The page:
“When in Babylon, do what Babylon does.” That doesn’t work for everyone. It never did.
It never worked for Daniel (God is my Judge) or his three lesser known companions, Azariah (The Lord is my Strength), Mishael (God is Incomparable) and Hananiah (the Lord is Gracious) who were as uncompromising as their names.
Dragged away from home, young, groomed for political office by threats and the finest treatment and promises, they just wouldn’t dance to the Babylonian music. They wouldn’t eat, they wouldn’t drink, they wouldn’t bow, they wouldn’t quit praying and they wouldn’t live up to the new names they were given. They were dragged out of their home but their home wasn’t dragged out of them. They were given Babylonian names but they couldn’t be given Babylonian hearts or minds. They’d burn before they’d bow, they’d starve before they’d eat food in honor of pagan gods and they’d out-stare pacing hungry lions before they’d stop praying to Yahweh.
And why so stiff-backed that they wouldn’t bow when everyone else was bowing and scraping; why so politically incorrect—why couldn’t they just eat like everyone else, why make a big deal of it; why couldn’t they have made prayer a completely private matter and walked in step with the rest of the political and religious world? Why were these young strangers so uncompromising in the corridors and offices of central government? What got into them? Who did they think they were that they wouldn’t conform to the new power?
What got into them was an uncompromising God they knew by the name Yahweh! And who was that? It was the God who went to Egypt to bring his People home and who wouldn’t leave without them even if it meant bringing the Egyptian kingdom to wreck and ruin.
The Egyptian king finally wanted to negotiate—“All right then, they can go to worship but they are to stay within my territory” he said.
“Okay, then, they can go to worship, but only the men—the women and children will remain here. You must negotiate, compromise is the way forward.”
“No! They’re all going—every one of them!”
‘The flocks and herds, they stay! All the people can go, but the herds and flocks are to stay,” he said, still trying to be shrewd, still trying to be a god, the son of Amon Re.
“No!” said the God who wouldn’t compromise. “Not a hoof or a garment, not a cooking pot or a kitchen towel will be left behind; not a man, woman, girl or boy will remain here in Egypt!”
And in Babylon when they said to the four young Jews,
“All right, just eat a token amount of the food dedicated to the gods—you can leave the rest,” back came the answer.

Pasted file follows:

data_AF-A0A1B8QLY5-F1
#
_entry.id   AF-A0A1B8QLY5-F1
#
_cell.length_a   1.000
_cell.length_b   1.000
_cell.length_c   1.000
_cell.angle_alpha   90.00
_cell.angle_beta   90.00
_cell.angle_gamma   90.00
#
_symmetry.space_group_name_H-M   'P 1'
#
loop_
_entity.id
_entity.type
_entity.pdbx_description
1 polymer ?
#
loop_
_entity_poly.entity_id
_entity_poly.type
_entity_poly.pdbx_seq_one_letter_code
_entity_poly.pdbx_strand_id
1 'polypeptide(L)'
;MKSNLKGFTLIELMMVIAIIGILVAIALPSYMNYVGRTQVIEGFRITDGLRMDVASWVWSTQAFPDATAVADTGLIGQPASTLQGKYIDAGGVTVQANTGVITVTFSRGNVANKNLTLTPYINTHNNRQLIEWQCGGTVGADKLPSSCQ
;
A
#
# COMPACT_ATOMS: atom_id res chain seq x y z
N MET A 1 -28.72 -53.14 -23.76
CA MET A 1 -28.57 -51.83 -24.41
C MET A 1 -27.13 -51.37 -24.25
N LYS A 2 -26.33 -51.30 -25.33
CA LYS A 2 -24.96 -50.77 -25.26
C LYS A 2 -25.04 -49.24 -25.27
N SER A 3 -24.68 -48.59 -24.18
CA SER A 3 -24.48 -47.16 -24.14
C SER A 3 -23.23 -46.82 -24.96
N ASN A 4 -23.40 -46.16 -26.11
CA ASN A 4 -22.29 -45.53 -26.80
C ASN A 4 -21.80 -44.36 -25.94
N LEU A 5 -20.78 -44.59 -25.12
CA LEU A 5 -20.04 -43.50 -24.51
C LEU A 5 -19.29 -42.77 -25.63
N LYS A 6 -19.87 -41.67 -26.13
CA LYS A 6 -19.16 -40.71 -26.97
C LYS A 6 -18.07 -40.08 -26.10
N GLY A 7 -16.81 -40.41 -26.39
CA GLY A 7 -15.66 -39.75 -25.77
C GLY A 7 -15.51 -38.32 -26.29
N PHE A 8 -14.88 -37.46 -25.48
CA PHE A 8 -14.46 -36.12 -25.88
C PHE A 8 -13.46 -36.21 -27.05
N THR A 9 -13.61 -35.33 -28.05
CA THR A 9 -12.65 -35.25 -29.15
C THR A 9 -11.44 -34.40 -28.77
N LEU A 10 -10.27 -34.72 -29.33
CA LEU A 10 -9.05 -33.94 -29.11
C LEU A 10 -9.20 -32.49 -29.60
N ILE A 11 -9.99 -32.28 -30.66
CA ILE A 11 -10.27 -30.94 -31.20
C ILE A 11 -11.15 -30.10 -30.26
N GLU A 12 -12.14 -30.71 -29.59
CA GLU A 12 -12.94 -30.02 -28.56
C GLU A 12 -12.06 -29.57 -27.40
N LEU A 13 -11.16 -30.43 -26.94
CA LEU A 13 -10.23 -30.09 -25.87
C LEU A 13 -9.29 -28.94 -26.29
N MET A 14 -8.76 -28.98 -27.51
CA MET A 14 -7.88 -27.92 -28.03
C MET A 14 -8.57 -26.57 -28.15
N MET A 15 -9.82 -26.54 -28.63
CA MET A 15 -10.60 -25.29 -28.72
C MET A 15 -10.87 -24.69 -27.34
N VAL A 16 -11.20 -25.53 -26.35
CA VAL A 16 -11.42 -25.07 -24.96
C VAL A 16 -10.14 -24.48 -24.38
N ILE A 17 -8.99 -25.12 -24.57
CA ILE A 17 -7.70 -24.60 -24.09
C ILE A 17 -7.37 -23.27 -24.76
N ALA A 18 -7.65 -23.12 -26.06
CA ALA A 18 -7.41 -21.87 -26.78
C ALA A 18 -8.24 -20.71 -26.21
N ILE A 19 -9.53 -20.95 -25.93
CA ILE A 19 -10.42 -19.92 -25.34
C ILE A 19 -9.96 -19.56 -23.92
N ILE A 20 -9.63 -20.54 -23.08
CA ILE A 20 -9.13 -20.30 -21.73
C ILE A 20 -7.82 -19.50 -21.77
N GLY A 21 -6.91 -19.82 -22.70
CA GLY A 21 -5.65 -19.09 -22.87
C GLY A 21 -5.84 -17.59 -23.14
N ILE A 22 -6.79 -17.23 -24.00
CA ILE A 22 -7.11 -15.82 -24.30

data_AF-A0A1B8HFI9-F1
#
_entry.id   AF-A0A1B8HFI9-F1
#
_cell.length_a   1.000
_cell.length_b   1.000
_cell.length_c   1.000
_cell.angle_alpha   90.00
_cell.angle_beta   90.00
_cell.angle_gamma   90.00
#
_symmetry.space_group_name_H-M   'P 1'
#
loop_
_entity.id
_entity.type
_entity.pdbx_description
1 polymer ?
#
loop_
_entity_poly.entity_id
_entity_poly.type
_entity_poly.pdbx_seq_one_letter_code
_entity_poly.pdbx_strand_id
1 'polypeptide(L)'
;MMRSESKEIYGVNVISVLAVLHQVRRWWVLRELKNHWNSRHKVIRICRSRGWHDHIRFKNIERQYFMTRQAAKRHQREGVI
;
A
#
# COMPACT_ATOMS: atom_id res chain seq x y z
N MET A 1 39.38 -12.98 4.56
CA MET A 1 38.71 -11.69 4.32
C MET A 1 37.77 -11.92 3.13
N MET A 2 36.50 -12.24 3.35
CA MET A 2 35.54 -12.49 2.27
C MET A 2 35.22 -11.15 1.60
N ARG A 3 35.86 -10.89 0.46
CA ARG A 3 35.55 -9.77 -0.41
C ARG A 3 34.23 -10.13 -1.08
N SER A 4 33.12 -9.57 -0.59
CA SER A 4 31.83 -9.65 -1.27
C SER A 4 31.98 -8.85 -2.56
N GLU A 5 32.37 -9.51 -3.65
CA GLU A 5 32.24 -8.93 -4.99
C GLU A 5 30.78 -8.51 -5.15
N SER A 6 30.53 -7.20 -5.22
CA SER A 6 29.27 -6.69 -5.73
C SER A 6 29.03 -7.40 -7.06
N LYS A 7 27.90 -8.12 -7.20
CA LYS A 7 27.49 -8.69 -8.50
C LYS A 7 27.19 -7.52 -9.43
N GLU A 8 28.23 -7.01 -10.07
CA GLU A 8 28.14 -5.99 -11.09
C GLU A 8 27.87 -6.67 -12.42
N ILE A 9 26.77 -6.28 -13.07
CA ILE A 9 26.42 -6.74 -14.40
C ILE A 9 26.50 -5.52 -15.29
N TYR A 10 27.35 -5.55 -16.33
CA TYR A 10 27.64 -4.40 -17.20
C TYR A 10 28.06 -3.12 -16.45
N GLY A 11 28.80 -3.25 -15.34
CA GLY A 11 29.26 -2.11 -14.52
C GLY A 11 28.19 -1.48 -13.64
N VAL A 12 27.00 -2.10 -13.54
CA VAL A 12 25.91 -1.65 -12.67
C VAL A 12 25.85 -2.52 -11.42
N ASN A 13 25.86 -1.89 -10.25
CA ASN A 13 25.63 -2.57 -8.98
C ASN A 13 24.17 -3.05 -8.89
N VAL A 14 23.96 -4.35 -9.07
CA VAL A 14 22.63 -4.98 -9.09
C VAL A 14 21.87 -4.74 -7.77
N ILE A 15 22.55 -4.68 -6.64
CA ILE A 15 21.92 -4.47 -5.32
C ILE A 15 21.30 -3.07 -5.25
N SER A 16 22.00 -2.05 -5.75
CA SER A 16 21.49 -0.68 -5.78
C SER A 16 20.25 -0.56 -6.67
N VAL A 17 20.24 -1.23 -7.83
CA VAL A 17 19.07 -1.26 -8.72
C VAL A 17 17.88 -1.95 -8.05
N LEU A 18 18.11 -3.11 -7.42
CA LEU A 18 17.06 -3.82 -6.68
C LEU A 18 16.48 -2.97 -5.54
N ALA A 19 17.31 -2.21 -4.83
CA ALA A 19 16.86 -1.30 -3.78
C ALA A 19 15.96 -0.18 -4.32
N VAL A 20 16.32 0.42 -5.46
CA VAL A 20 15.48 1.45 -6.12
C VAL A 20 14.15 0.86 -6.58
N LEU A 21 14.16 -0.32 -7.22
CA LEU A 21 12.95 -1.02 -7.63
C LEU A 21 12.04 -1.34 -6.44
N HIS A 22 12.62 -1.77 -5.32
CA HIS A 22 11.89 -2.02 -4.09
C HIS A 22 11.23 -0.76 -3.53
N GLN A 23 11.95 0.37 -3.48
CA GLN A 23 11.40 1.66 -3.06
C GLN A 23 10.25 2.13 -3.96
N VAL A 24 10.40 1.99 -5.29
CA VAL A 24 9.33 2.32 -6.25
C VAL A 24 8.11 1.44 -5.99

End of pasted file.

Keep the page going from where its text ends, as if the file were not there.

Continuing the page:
“No! Not a scrap of it.”
“Look, you three, I know you don’t believe in the gods here—I get that! But just pretend, in this sea of people bent down you don’t want to be the only three standing. There’s a lot at stake here—if you don’t bow down I will be humiliated and that will send ripples throughout the kingdom. Just out of respect for me, for the sake of peace and your own health don’t make waves—bow, for pity’s sake.”
“No one will notice—bow!”
“Yahweh would notice. We’re not bowing.”
“Aside from your God no one would know it. Go ahead and bow.”
“Aside from our God we would know it. We’re not bowing.”
“You’re taking what you call non-existing gods very seriously.”
“So does our Living God—He hates false gods that alienate nations from Him, the one true God.”
“Come on, give a little.”
“Not an inch!”
“You act and speak as if you have done no wrong—ever.”
“Oh, we’re sinful like everyone else in the world but there are some things we will not do, there are some commitments we will not walk away from and there some vows that even sinful people like us take so seriously that we can’t be turned from. Our final answer is—no.”
The three looked at each other, nodded and together prepared to meet whatever came their way in life.
Such people are still saying “No” to shrewd negotiators because they’ve said “Yes!” to GOD who doesn’t negotiate with gods of ANY kind, no matter the name!
No one is writing novels or making movies about them but God sees, listens, smiles and keeps a record of the most ‘ordinary’ men and women, girls and boys (Malachi 3:16).
Emperors, kings, presidents, prime-ministers, scholars and fashions grow old, the latest books will soon lie unread in dust and and the authors come and go but the Lord, and His Holy Bible reign and abide forever.